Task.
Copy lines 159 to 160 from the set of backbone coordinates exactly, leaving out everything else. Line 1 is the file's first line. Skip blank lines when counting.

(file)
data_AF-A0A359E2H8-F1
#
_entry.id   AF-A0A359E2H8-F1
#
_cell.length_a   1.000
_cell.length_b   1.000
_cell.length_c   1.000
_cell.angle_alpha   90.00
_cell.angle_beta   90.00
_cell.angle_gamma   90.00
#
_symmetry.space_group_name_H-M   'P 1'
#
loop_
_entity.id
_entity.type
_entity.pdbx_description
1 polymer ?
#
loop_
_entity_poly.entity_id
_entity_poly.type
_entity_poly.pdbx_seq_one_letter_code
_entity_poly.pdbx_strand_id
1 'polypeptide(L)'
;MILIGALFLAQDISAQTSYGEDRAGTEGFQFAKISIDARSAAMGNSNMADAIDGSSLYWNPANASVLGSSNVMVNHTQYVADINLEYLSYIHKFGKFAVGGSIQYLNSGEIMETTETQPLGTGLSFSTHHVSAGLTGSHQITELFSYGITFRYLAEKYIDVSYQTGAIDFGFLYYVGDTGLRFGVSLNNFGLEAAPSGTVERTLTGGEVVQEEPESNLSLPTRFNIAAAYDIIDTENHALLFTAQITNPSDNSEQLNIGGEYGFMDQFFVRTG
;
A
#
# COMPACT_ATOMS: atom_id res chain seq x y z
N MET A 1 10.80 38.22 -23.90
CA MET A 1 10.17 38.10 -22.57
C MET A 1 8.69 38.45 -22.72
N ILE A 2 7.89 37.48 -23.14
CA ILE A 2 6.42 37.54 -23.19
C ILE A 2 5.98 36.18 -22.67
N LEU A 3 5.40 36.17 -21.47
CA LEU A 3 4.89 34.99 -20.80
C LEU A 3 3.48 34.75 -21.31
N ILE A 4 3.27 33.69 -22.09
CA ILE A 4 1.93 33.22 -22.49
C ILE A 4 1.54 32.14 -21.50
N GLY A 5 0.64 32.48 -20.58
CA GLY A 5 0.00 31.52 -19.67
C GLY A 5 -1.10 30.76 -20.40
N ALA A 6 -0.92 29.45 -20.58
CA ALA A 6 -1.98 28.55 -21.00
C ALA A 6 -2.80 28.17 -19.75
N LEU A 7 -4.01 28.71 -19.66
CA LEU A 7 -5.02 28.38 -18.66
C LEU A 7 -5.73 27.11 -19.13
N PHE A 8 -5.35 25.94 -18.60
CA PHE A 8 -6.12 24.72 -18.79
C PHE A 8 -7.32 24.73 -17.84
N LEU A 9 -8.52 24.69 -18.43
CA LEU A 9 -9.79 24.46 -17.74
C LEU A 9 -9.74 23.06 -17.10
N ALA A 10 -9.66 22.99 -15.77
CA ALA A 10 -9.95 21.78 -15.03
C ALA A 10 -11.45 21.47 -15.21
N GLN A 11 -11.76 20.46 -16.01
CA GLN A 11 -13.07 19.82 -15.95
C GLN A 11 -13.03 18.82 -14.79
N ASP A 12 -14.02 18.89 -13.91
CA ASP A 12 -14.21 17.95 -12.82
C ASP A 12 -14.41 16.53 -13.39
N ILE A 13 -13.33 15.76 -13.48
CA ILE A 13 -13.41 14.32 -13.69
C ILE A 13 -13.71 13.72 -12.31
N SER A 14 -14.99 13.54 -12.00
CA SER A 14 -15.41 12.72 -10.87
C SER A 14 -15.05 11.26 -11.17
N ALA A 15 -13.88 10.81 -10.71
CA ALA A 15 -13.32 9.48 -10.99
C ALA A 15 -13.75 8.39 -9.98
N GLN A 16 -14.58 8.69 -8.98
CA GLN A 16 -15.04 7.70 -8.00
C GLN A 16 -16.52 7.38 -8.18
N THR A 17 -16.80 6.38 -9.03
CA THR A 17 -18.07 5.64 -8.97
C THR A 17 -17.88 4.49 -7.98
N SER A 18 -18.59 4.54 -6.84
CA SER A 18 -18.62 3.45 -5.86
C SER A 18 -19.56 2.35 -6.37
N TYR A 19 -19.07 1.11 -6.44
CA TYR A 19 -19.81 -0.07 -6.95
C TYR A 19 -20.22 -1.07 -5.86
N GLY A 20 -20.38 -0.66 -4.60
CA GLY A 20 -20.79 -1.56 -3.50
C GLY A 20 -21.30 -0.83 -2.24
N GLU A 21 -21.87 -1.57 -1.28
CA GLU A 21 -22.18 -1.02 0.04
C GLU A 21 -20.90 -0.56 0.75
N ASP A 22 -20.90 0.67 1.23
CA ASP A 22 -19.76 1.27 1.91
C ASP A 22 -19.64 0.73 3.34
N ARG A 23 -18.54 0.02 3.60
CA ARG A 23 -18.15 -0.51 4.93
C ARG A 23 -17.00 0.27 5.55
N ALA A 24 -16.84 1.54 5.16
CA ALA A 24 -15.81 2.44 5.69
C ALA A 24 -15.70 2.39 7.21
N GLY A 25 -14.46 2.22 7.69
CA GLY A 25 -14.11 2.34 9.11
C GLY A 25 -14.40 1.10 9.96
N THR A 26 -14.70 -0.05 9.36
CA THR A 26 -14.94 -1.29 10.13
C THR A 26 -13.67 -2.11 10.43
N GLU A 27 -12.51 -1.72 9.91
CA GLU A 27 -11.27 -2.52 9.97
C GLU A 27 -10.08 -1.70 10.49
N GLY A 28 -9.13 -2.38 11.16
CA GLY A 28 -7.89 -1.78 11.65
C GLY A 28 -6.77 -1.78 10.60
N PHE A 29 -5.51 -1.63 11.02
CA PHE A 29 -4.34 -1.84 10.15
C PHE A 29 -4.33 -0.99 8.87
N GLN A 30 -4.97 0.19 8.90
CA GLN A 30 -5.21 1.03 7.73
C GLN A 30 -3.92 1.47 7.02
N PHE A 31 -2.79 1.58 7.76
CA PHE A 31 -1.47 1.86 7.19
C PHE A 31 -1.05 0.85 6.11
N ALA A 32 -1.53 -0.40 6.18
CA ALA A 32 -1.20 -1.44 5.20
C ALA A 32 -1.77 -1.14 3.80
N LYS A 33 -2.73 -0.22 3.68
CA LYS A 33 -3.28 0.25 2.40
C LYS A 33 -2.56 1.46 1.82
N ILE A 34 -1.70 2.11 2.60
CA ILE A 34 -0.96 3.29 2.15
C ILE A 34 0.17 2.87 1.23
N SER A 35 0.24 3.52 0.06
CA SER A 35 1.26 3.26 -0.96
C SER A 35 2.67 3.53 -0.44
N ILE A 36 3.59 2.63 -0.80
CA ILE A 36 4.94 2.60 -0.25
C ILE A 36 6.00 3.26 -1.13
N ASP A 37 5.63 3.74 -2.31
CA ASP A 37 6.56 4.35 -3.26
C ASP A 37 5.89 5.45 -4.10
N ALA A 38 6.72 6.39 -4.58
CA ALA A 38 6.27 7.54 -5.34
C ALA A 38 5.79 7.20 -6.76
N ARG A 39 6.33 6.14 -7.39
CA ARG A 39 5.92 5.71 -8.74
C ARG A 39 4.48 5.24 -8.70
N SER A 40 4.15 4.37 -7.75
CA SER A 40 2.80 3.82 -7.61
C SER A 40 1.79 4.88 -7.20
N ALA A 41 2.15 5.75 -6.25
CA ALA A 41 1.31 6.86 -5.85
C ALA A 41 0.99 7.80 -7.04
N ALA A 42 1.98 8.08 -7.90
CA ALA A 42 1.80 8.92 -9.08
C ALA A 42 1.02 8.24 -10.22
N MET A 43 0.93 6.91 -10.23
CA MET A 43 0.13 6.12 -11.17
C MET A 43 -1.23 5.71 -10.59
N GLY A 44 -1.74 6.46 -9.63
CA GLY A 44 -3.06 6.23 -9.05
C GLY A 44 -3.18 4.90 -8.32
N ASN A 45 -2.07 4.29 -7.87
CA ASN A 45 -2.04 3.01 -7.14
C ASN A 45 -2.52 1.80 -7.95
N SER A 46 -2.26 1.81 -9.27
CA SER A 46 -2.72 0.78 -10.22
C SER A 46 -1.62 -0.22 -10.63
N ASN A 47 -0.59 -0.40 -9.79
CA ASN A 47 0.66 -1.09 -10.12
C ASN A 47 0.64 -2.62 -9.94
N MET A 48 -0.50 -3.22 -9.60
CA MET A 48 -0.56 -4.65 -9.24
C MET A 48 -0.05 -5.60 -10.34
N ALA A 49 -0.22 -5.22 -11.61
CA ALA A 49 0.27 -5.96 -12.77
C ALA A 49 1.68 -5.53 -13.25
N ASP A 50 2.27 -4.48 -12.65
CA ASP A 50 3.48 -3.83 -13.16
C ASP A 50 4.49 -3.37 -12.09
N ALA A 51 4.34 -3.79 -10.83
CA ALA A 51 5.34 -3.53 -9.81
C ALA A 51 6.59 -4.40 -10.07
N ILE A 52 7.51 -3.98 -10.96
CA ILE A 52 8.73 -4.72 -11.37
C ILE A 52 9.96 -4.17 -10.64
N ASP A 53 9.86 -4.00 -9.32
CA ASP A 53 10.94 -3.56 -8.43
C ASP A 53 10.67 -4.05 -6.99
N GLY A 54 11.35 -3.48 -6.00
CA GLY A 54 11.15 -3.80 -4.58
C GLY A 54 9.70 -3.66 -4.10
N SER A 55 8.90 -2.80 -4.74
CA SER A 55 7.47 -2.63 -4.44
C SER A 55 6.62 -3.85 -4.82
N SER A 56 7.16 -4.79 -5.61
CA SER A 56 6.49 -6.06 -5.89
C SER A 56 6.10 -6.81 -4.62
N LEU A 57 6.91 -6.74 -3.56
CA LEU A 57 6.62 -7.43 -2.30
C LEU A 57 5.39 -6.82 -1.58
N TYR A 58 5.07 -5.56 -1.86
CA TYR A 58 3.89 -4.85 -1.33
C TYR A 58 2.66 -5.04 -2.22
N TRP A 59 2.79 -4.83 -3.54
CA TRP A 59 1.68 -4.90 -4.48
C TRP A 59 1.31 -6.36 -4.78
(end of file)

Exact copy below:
C MET A 43 -1.23 5.71 -10.59
N GLY A 44 -1.74 6.46 -9.63